By Steven Macdessi
Project Cost Management includes the processes involved in estimating, budgeting and controlling costs so that the project can be completed within the approved budget. The budget is the most important single measure of project performance, and in the end, schedule and quality are reducible to budget. The briefing and design process carried out during the Scope Management process of the project effectively sets the budget.
The reduction of uncertainty through time has an important effect on the project budgets. Budget estimates made early in the project life cycle are relatively inaccurate compared to those made later as more information becomes available regarding the precise work to be done and the current market level of prices.
The Project Cost Management process includes the following:
1. Estimate Costs – The process of developing an approximation of the monetary resources needed to complete project activities;
2. Determine Budget – The process of aggregating the estimates costs of individual activities or work packages to establish an authorized cost baseline; and
3. Control Costs – The process of monitoring the status of the project to update the project budget and managing changes to the cost baseline.
These processes in practice may overlap and interact with each other as well as with other project management processes. On some projects, especially ones of smaller scope, cost estimating and cost budgeting are so tightly linked that they are viewed as a single process that can be performed by a single person over a relatively short period of time.
1. ESTIMATE COSTS
Estimate Costs is the process of developing an approximation of the monetary resources needed to complete project activities. Cost estimates are a prediction that is based on the information known at a given point in time. The reduction of uncertainty through time has an important effect on project budget estimates. Budget estimates made early in the project life cycle are relatively inaccurate compared to those made later as more information becomes available regarding both the precise work to be done and the current market level of prices.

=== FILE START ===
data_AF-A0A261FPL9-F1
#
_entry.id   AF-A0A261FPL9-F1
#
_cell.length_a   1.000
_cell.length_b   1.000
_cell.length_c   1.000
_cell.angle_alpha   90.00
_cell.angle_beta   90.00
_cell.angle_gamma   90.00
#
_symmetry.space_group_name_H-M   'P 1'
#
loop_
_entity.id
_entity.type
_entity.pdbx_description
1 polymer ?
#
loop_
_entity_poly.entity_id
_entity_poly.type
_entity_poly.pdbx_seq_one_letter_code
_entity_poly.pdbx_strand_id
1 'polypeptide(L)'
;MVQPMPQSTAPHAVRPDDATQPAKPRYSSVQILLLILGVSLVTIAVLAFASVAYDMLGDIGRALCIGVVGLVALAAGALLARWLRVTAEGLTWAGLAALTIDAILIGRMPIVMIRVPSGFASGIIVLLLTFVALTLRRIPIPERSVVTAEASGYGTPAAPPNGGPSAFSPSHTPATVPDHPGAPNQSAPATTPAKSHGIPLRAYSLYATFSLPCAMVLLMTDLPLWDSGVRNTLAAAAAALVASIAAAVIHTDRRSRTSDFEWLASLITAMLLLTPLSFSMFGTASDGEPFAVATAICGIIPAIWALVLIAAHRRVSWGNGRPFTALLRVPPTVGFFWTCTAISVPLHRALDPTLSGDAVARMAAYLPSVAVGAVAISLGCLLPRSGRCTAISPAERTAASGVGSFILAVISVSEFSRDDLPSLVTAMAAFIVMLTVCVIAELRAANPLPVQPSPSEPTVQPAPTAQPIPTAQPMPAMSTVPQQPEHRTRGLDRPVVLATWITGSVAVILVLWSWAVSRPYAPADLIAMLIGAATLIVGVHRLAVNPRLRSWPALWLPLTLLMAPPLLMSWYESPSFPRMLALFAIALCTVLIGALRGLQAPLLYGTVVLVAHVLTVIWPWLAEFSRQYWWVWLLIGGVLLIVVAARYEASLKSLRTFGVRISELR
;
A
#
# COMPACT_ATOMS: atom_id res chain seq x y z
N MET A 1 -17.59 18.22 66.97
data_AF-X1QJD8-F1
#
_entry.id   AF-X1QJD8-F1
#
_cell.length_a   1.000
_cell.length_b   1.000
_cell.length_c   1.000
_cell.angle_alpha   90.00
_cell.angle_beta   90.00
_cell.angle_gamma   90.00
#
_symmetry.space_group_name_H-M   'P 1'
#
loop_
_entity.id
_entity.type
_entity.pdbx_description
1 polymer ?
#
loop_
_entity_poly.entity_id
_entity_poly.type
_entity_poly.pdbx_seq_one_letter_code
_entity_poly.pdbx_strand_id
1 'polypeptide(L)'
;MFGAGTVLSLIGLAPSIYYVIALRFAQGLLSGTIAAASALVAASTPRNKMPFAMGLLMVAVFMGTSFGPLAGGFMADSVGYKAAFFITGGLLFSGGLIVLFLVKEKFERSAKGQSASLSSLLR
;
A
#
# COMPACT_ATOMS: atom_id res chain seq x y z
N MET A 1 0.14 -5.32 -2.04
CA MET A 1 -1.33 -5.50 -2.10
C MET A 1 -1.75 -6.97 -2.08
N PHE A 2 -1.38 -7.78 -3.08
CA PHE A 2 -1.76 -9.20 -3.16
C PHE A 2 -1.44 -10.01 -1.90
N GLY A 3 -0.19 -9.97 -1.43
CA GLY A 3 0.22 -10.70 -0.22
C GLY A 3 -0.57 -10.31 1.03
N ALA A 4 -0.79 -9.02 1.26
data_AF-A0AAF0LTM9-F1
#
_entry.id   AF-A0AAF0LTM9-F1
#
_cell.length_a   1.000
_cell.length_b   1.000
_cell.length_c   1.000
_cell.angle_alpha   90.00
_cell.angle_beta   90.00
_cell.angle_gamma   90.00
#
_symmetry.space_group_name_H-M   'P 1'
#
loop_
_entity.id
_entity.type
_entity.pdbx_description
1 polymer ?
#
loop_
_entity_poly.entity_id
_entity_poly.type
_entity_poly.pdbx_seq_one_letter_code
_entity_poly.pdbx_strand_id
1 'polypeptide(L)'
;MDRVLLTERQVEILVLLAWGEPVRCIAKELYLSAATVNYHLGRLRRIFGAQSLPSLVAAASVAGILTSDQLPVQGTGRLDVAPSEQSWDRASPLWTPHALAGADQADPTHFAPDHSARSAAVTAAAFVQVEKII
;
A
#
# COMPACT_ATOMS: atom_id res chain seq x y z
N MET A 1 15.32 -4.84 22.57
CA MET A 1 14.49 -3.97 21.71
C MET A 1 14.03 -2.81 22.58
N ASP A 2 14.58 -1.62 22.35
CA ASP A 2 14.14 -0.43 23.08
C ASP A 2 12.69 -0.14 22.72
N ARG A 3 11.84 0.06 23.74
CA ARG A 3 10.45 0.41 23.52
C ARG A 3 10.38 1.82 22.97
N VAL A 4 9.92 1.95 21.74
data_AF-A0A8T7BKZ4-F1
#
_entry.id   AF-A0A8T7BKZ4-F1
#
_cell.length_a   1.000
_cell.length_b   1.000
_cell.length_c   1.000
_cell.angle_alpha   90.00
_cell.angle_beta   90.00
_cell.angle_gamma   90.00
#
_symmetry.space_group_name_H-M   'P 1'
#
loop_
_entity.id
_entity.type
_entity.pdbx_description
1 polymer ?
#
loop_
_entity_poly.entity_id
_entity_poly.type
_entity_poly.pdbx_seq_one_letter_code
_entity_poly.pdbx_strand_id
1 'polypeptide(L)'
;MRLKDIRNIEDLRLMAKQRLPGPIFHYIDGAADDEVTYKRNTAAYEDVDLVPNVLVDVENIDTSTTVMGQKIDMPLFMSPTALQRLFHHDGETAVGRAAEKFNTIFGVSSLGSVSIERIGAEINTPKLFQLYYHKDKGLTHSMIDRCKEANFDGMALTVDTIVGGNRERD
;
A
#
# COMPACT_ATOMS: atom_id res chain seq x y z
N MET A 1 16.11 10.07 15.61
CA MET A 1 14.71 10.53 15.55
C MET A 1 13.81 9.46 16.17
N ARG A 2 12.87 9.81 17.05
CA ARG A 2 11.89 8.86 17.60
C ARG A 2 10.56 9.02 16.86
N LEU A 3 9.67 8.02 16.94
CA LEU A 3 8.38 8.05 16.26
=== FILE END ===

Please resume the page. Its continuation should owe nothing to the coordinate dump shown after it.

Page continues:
Estimate Costs – Inputs
The following information is generally required for formulating project estimate costs:
Scope Statement (refer to Scope Management lecture notes);
Work Breakdown Structure (refer to WBS lecture notes);
Project Schedule – the type and quantity of resources and the amount of time which those resources are applied to complete the work of the project;
Human Resource Plan – project staffing attributes, personnel rates and related rewards/recognition;
Risks – can be either threats or opportunities that typically have an impact on both activity and overall project costs;
Enterprise Environmental Factors – Market Conditions (regional and/or global supply an demand conditions) and Published Commercial Information (resource cost rate from commercial databases);
Organizational Process Assets – Cost estimating policies, cost estimating templates, historical information and lessons learned.
Estimate Costs – Tools and Techniques
Expert Judgment – guided by historical information, provides valuable insight about the environment and information from prior similar projects;
Analogous Estimating (Unit Rate) – uses values of parameters from a previous, similar project as the basis for estimating the same parameter or measure for a current project (eg scope, cost, budget, size, duration). Used when there is limited amount of detailed project information. This process generally less costly and less time consuming than other techniques, but also less accurate;
Parametric Estimating (Ratio Analysis) – Uses a statistical relationship between historical data and other variables to calculate an estimate. For example, construction costs at $2,000/m2;
Bottom-Up Estimating (Bill of Quantities) – method of estimating components of work or activities with the greatest level of specific detail;
Reserve Analysis – Cost estimates include a contingency allowance to account for cost uncertainty;